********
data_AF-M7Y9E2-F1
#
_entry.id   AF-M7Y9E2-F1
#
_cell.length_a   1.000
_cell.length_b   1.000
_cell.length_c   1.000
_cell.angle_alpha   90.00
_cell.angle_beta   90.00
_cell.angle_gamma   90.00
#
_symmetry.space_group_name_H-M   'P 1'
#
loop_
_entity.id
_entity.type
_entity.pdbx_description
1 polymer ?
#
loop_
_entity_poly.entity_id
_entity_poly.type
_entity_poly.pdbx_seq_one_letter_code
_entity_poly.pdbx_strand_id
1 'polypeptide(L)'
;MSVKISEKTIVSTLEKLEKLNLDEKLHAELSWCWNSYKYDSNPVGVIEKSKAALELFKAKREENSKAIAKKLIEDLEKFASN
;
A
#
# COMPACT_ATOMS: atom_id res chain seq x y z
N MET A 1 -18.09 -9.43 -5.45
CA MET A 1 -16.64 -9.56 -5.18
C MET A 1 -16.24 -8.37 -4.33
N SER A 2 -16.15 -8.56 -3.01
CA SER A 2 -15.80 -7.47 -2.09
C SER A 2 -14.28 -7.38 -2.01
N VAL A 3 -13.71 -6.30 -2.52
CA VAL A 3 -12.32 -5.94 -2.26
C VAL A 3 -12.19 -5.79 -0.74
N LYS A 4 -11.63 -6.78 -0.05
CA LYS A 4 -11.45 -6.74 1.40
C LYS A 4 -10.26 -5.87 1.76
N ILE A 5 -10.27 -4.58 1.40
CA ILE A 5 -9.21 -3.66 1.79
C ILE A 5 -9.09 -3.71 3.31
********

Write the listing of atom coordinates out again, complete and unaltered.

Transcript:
data_AF-M7Y9E2-F1
#
_entry.id   AF-M7Y9E2-F1
#
_cell.length_a   1.000
_cell.length_b   1.000
_cell.length_c   1.000
_cell.angle_alpha   90.00
_cell.angle_beta   90.00
_cell.angle_gamma   90.00
#
_symmetry.space_group_name_H-M   'P 1'
#
loop_
_entity.id
_entity.type
_entity.pdbx_description
1 polymer ?
#
loop_
_entity_poly.entity_id
_entity_poly.type
_entity_poly.pdbx_seq_one_letter_code
_entity_poly.pdbx_strand_id
1 'polypeptide(L)'
;MSVKISEKTIVSTLEKLEKLNLDEKLHAELSWCWNSYKYDSNPVGVIEKSKAALELFKAKREENSKAIAKKLIEDLEKFASN
;
A
#
# COMPACT_ATOMS: atom_id res chain seq x y z
N MET A 1 -18.09 -9.43 -5.45
CA MET A 1 -16.64 -9.56 -5.18
C MET A 1 -16.24 -8.37 -4.33
N SER A 2 -16.15 -8.56 -3.01
CA SER A 2 -15.80 -7.47 -2.09
C SER A 2 -14.28 -7.38 -2.01
N VAL A 3 -13.71 -6.30 -2.52
CA VAL A 3 -12.32 -5.94 -2.26
C VAL A 3 -12.19 -5.79 -0.74
N LYS A 4 -11.63 -6.78 -0.05
CA LYS A 4 -11.45 -6.74 1.40
C LYS A 4 -10.26 -5.87 1.76
N ILE A 5 -10.27 -4.58 1.40
CA ILE A 5 -9.21 -3.66 1.79
C ILE A 5 -9.09 -3.71 3.31